White Awake: Waking up to Race

http://whiteawake.org/waking-up-to-race/

White Awake is a mindfulness-based program, founded by Eleanor Hancock, to become aware of racism and white privilege and become capable of dismantling racism. The following are the foundations of understanding white privilege and institutional racism.

“When something has come to be, we have to acknowledge its presence and look deeply into its nature. When we look deeply, we will discover the kinds of nutriments that have lead to its existence and that continue to feed it.”
– Samyutta Nikaya II, 47

If we want to abandon the thoughts and belief systems of an oppressive racial hierarchy we will need new ideas and paradigms upon which to build a more accurate understanding of ourselves and of society. Waking up to Race is the place in this website where you can find White Awake’s core assumptions about race.

What follows are the basic theoretical concepts upon which White Awake is based. Equally important to theory are the “codes of conduct” that help us do this work together – “codes of conduct” can be found on the Shared Agreements page.

Racism is alive: culturally, institutionally, and at the interpersonal level.
We do not live in a “color blind” world. We do not live in a “post-racial” society. The legacy of racism continues to effect whole communities of people through the historical effects of inter-generational trauma while modern day racism permeates the institutions of society, continuing to produce racial inequality in employment, education, housing, and justice. Changes and advancements have been made, but racism is not behind us.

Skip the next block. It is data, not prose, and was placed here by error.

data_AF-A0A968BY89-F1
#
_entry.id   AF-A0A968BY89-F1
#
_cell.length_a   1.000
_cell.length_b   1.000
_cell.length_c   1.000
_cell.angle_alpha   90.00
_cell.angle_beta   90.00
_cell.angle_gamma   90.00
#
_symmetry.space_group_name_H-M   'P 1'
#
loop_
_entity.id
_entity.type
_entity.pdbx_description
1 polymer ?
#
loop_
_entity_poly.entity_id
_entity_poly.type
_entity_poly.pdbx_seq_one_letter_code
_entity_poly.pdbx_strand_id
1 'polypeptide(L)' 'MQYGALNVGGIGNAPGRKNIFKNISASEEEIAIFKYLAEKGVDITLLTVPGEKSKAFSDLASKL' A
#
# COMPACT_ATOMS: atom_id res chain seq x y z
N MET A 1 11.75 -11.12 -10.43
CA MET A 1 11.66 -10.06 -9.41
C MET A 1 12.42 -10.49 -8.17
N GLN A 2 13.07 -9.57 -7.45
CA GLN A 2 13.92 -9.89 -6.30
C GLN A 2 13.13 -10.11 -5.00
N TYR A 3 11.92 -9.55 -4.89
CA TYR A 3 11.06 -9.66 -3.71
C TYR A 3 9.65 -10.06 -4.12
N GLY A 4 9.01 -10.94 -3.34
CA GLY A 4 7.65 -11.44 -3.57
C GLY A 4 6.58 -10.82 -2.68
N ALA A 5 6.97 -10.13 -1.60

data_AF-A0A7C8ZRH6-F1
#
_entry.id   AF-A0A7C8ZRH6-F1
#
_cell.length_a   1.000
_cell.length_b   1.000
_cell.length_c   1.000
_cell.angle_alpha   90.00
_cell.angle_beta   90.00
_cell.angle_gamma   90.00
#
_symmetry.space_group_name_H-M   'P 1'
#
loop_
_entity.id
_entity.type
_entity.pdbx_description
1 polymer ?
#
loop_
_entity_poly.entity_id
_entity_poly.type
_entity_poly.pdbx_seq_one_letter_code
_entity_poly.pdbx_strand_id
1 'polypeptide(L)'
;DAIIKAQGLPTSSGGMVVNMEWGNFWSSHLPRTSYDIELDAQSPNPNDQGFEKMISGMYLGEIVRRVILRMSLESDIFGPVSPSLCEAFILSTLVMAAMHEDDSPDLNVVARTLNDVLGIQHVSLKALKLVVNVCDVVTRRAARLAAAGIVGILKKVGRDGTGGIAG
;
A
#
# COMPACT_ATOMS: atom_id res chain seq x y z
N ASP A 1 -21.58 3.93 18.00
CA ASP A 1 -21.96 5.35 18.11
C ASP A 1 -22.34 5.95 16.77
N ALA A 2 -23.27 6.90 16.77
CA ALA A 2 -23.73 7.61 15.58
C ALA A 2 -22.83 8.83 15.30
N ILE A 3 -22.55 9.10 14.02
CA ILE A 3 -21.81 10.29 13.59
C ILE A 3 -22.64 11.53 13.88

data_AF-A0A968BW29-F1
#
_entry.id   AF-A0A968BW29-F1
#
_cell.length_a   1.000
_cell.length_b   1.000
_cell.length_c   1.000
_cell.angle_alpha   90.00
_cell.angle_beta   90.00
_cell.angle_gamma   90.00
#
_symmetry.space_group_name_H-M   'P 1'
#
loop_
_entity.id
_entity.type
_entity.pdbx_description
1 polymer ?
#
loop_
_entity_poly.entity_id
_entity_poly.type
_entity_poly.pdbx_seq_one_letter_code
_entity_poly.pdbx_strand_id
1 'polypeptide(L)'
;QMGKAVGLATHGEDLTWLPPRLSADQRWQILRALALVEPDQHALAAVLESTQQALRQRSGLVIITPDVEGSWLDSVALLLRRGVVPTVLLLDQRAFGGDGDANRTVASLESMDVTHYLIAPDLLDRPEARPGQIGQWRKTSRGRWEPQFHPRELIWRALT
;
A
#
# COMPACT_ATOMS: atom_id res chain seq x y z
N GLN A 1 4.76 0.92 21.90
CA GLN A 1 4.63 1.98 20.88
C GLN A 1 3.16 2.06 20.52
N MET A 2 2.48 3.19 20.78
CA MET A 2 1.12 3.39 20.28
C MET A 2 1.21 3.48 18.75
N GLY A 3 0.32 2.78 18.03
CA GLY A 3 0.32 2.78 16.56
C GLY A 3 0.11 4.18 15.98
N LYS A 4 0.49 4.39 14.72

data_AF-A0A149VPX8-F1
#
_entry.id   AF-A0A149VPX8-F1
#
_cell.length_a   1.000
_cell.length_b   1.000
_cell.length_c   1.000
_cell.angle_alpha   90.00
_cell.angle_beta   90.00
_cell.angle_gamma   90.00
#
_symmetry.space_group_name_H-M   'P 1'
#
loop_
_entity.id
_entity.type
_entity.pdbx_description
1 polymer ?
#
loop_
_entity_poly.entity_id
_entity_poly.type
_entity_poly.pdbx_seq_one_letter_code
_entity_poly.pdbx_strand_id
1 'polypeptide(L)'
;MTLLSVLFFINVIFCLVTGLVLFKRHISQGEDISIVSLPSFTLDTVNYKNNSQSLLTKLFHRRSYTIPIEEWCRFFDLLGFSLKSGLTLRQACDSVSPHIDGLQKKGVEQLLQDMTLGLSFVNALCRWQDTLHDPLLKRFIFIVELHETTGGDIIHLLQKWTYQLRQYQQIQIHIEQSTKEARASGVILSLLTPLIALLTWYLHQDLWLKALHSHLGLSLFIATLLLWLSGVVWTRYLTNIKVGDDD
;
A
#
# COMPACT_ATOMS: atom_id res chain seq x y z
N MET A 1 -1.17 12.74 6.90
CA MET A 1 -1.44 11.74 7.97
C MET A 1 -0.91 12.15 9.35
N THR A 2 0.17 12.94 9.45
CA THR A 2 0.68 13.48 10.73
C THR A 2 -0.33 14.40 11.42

White is a racial identity.
In a racialized society, everybody has a race. When white people think of race as though it is only something people of color have, we create an invisible “normal” against which all other races are measured, and we are able to see racism as “somebody else’s problem”. When we understand ourselves in racial terms, we begin to take responsibility for our part in a system that awards us unearned privilege at the expense of another.

Questions of power, privilege, inclusion and exclusion are complex.